COVID-19 has forced many people to work and study from home. A number of internet providers have pledged to the FCC to help customers stay connected to the internet during this crisis.
Maybe. Earlier this year, many internet providers agreed to:
- Not disconnect internet or phone
- Waive late fees for nonpayment due to COVID-19
- Provide free wi-fi hotspots
While this program ended on June 30, some internet providers may continue to honor some or all of these policies. Contact your provider.
EveryoneOn.org has an easy-to-use tool to help you find low-income internet in your area. You must income-qualify for most offers. Find the tool here at https://www.everyoneon.org/find-offers. Also, see below for a list of low-income programs and special COVID-19 programs.
You must receive public benefits to be eligible for most of these programs:
- Access (from AT&T) is a low-cost program that starts at five dollars a month. See more here.
- Altice Advantage offers 30 mbps internet access for $14.95 per month for those who qualify. See more here.
- ConnectAll is a service where you pay $110.95 up front and then get continued internet access for $11.95 per month. The $11.95 for the first month is in addition to the connection fee. Speeds are up to 150 mbps and there is no data limit. While some generous income restrictions may apply, you do not have to receive public benefits to be eligible. See more here.
- Cox offers internet for $9.95 per month to eligible households. See more here.
- Internet Essentials (from Comcast/Xfinity) is a low-income, $9.95 per month internet service. While you are normally not eligible if you have unpaid Comcast/Xfinity bills, the program is waiving this requirement until December 31, 2020. Internet Essentials is also offering two free months of internet service to qualifying customers. See more here.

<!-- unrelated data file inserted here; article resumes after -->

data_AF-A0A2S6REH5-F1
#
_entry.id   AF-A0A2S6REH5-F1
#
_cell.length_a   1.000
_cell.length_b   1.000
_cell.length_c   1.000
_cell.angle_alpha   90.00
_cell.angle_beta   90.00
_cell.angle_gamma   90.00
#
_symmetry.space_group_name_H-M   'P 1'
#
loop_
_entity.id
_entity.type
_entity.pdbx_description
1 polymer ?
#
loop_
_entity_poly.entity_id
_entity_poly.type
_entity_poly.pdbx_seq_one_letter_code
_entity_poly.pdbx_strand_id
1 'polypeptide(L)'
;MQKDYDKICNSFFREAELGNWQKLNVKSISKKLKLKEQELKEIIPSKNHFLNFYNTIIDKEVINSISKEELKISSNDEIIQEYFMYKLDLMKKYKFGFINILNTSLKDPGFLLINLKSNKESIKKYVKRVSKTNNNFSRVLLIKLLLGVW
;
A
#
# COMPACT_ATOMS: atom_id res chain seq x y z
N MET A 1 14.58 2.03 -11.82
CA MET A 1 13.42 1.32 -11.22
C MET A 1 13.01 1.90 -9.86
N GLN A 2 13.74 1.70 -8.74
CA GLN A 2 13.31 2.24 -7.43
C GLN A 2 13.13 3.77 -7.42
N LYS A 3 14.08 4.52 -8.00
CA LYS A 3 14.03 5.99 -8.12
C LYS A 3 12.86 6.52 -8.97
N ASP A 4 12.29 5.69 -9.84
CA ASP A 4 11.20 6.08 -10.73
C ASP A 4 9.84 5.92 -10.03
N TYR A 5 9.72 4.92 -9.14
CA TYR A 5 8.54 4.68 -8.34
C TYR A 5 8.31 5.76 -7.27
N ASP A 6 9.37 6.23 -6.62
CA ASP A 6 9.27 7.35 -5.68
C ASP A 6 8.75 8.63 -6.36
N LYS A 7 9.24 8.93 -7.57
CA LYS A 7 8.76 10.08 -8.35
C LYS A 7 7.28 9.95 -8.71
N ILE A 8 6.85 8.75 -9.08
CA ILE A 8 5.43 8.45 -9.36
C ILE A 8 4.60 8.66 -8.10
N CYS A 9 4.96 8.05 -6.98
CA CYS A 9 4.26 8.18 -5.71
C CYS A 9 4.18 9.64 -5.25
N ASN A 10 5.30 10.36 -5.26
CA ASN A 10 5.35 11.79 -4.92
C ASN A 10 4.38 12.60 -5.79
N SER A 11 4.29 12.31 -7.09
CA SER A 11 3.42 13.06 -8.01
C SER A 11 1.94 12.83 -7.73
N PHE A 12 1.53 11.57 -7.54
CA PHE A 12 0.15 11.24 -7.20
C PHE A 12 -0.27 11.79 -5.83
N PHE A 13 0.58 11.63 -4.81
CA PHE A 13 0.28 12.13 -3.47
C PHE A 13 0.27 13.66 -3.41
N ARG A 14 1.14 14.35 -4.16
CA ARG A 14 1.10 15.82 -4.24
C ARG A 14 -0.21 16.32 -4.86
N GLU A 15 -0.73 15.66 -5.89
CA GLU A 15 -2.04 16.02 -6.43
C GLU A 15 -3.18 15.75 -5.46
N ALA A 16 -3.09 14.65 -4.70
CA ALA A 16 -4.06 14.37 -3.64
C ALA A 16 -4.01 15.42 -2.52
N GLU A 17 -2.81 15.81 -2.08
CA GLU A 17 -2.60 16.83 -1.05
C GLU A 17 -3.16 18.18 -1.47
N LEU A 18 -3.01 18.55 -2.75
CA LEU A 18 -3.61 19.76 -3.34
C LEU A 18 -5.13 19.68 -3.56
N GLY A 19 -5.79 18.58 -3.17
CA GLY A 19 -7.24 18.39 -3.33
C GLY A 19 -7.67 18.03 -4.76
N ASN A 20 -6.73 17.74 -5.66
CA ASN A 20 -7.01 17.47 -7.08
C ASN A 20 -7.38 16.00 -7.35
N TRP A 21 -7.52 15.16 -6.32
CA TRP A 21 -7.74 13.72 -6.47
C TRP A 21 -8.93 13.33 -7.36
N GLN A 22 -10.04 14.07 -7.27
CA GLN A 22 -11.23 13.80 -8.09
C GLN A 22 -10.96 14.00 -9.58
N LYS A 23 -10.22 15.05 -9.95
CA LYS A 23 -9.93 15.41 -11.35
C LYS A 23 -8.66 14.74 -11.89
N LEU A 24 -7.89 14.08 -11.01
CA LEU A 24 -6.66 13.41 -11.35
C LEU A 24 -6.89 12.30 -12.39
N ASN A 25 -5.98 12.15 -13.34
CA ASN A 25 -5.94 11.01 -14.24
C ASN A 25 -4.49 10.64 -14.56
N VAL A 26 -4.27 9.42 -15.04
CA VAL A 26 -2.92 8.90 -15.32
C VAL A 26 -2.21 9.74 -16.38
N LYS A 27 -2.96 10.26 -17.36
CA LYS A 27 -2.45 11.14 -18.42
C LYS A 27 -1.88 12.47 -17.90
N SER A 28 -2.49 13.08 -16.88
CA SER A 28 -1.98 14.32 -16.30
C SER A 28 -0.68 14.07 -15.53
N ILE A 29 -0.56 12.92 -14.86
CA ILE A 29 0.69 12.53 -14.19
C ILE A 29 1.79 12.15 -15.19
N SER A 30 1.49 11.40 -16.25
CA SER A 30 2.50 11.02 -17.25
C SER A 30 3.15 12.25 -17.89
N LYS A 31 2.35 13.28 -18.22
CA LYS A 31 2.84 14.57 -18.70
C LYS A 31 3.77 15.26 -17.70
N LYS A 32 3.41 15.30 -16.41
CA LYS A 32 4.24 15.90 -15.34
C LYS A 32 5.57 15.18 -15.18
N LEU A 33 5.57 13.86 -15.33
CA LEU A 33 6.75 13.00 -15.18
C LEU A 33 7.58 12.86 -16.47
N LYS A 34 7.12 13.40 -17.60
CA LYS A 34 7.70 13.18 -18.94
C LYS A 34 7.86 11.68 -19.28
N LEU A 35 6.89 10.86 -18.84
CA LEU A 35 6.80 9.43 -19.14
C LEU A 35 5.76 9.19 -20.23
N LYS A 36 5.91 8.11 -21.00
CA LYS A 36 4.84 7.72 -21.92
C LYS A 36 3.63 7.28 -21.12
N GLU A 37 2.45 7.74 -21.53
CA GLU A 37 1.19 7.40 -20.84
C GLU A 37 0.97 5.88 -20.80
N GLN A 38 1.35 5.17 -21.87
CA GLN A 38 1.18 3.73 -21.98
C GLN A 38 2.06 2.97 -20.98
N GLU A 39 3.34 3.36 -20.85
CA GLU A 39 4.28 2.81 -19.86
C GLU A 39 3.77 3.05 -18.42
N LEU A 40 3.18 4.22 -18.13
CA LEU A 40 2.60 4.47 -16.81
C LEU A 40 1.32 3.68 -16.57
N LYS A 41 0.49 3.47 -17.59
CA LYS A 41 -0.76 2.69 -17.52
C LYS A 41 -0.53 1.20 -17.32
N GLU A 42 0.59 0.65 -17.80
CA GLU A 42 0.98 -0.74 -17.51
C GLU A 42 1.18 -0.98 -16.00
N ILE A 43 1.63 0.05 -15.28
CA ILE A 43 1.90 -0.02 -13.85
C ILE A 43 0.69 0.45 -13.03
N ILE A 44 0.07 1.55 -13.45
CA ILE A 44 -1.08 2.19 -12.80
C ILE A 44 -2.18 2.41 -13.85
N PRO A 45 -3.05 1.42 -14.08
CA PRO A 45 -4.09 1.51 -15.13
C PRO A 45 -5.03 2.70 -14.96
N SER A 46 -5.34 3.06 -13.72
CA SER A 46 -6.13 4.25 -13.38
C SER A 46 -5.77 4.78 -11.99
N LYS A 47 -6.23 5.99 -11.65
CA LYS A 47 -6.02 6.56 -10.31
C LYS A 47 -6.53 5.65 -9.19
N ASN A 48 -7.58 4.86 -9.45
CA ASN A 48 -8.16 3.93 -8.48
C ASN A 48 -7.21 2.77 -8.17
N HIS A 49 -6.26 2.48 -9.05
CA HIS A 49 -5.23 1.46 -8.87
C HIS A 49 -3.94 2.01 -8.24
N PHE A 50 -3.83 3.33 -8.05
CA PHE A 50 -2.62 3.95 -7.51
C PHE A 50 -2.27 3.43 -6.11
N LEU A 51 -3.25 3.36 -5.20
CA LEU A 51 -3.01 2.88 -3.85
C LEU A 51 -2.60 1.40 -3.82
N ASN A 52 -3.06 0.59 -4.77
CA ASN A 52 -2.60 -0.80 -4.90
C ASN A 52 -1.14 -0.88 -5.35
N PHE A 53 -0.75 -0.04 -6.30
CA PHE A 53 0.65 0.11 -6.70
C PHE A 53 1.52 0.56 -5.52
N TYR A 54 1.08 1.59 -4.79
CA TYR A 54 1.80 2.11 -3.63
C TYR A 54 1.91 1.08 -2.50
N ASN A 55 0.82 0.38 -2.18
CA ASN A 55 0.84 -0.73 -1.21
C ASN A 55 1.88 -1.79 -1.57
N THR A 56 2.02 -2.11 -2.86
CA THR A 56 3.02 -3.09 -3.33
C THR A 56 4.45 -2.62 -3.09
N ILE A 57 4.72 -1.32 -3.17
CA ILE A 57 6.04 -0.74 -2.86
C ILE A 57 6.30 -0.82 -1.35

- Google Fiber offers 25 mbps internet for $15.00 per month. Contact for eligibility. See more here.
- LifeLine is a federal program that offers up to a $9.25 credit toward phone or internet service if you qualify. There may be additional discounts available for low-income subscribers, so be sure to ask. See more here.
- PCs for People offers internet as low as $15.00 per month plus an initial $80 dollars to purchase a modem. You may need to purchase at least three months upfront to receive this discount. Service is open to anyone under 200% of the federal poverty level as well as anyone who gets public benefits. (Note: Poverty level guidelines posted on the PCs for People site are out of date.) It is also open to anyone who receives public benefits. See more here.
- Spectrum Internet Assist provides low-cost internet to SSI recipients over 65 as well as households that participate in the National School Lunch Program or Community Eligibility Provision meal program. See more here.
Many providers are also offering special programs due to COVID-19. You do not need to show low income to participate in the following programs:
- AT&T will add 15GB of data to all hotspot plans through June 30. See more here.
- FreedomPop offers free internet access. Be aware that data limits apply and can be very limited - especially after the first month. You may be responsible for charges if you go over the data limit. This may be a good option if you are highly disciplined in your data usage. See more here.
- Spectrum has offered 60 days worth of free internet to new subscribers who have children K-12. Spectrum also offers 30 days of free internet to new business customers. See more here.
- Xfinity is offering free WiFi hotspots in some areas. See more here.
Some local governments also help residents with internet access:
- San Antonio: San Antonio's Fair Housing program helps with internet access as well as rent, mortgage, and utility payments. See if the program can help you at https://www.sanantonio.gov/NHSD/Programs/FairHousing.
Some schools are doing their best to provide internet access to students. Austin, for example, has a fleet of buses that provide WiFi throughout the school district. (If you live in Austin, see Austin Independent School District's website and this CNN article for details.)
For information on whether your child's school district helps provide access to the internet and online classes, go to the school's website, school district's website, or contact your school administrators.